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dc.contributor.advisorPrice, Ralph L.en_US
dc.contributor.authorCardoso, Fernando Antonioen_US
dc.creatorCardoso, Fernando Antonioen_US
dc.date.accessioned2013-04-18T10:01:51Zen
dc.date.available2013-04-18T10:01:51Zen
dc.date.issued1980en_US
dc.identifier.urihttp://hdl.handle.net/10150/282747en
dc.description.abstractTwo defatted jojoba seed meals were prepared; one using whole seeds (JM), and the other from which seed coats were removed prior to extraction of the oil (DJM). The protein content of both meals was about 24%. The proteins from JM and DJM were extracted according to their solubility in water, dilute saline, alcohol, and alkali solutions. These extractions produced the albumin, globulin, prolamine and glutelin protein concentrates. The major concentration of proteins in jojoba were the albumin (65%) and globulin (21%) fractions. The amino acid compositions of both JM and DJM were found to be very similar. Methionine was the limiting amino acid in jojoba seed proteins. The protein composition was determined, and the molecular weight was estimated through chromatographic analysis using gel filtration on Sephadex G-100 and ion-exchange chromatography on DEAE-Sephadex and CM-Sephadex. At least 5 separate protein fractions in each of the albumin and globulin concentrates and 8 separate protein fractions in each of the prolamine and glutelin concentrates were found. The molecular weights of jojoba protein concentrates varied from 19,000 to 150,000 for albumins, from 18,000 to 128,800 for globulins, from 11,700 to 141,200 for prolamines, and from 29,500 to 150,000 for glutelins. All protein concentrates showed very good fat absorption and solubility at values of pH below 3.0 and above 4.0. Albumins and globulins showed very good foamability and emulsion properties. The prolamine and glutelin concentrates showed very poor foamability and emulsion properties. The buffering capacity of jojoba protein concentrates was very low.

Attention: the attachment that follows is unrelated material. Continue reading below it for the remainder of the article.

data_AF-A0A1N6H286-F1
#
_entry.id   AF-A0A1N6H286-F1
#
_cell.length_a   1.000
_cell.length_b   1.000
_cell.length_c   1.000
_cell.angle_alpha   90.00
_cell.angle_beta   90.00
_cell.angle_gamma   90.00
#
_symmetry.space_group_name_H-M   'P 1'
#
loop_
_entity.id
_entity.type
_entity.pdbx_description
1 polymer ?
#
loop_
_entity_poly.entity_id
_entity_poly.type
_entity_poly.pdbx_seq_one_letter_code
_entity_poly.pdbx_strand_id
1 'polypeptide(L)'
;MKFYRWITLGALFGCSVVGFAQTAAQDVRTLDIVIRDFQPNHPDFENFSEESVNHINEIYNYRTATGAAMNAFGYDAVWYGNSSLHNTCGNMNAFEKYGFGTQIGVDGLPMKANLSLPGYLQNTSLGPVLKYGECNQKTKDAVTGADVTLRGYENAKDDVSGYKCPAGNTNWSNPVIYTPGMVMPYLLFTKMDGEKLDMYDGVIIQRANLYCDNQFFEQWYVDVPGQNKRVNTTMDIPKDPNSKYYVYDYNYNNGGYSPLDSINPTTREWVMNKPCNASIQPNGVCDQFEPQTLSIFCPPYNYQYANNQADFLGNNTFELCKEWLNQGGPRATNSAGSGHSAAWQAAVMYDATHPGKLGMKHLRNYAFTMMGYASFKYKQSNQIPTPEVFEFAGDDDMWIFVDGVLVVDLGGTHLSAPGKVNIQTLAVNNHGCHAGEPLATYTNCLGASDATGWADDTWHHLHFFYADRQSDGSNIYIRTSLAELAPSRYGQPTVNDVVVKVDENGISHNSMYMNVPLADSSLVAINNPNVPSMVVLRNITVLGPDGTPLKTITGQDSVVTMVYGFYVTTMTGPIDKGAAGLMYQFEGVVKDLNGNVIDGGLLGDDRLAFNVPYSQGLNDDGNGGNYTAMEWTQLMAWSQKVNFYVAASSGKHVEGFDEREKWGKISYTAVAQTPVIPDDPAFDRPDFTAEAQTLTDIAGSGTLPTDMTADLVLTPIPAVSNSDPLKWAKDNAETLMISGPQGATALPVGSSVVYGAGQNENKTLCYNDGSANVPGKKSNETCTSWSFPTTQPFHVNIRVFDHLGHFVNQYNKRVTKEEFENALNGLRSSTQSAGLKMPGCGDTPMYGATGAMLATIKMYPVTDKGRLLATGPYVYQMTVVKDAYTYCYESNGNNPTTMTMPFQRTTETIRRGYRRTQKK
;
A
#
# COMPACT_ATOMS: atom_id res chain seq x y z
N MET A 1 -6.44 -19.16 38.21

dc.language.isoen_USen_US
dc.publisherThe University of Arizona.en_US
dc.rightsCopyright © is held by the author. Digital access to this material is made possible by the University Libraries, University of Arizona. Further transmission, reproduction or presentation (such as public display or performance) of protected items is prohibited except with permission of the author.en_US
dc.subjectJojoba -- Sonoran Desert.en_US
dc.subjectProteins.en_US
dc.subjectJojoba -- Analysis.en_US
dc.titleEXTRACTION, CHARACTERIZATION AND FUNCTIONAL PROPERTIES OF JOJOBA PROTEINSen_US
dc.typetexten_US
dc.typeDissertation-Reproduction (electronic)en_US
dc.identifier.oclc7518910en_US
thesis.degree.grantorUniversity of Arizonaen_US
thesis.degree.leveldoctoralen_US
dc.identifier.proquest8104291en_US
thesis.degree.disciplineGraduate Collegeen_US
thesis.degree.disciplineAgricultural Biochemistry and Nutritionen_US
thesis.degree.namePh.D.en_US
dc.identifier.bibrecord.b13415864en_US
refterms.dateFOA2018-08-28T10:10:34Z
html.description.abstractTwo defatted jojoba seed meals were prepared; one using whole seeds (JM), and the other from which seed coats were removed prior to extraction of the oil (DJM). The protein content of both meals was about 24%. The proteins from JM and DJM were extracted according to their solubility in water, dilute saline, alcohol, and alkali solutions. These extractions produced the albumin, globulin, prolamine and glutelin protein concentrates. The major concentration of proteins in jojoba were the albumin (65%) and globulin (21%) fractions. The amino acid compositions of both JM and DJM were found to be very similar. Methionine was the limiting amino acid in jojoba seed proteins. The protein composition was determined, and the molecular weight was estimated through chromatographic analysis using gel filtration on Sephadex G-100 and ion-exchange chromatography on DEAE-Sephadex and CM-Sephadex. At least 5 separate protein fractions in each of the albumin and globulin concentrates and 8 separate protein fractions in each of the prolamine and glutelin concentrates were found. The molecular weights of jojoba protein concentrates varied from 19,000 to 150,000 for albumins, from 18,000 to 128,800 for globulins, from 11,700 to 141,200 for prolamines, and from 29,500 to 150,000 for glutelins. All protein concentrates showed very good fat absorption and solubility at values of pH below 3.0 and above 4.0. Albumins and globulins showed very good foamability and emulsion properties. The prolamine and glutelin concentrates showed very poor foamability and emulsion properties. The buffering capacity of jojoba protein concentrates was very low.


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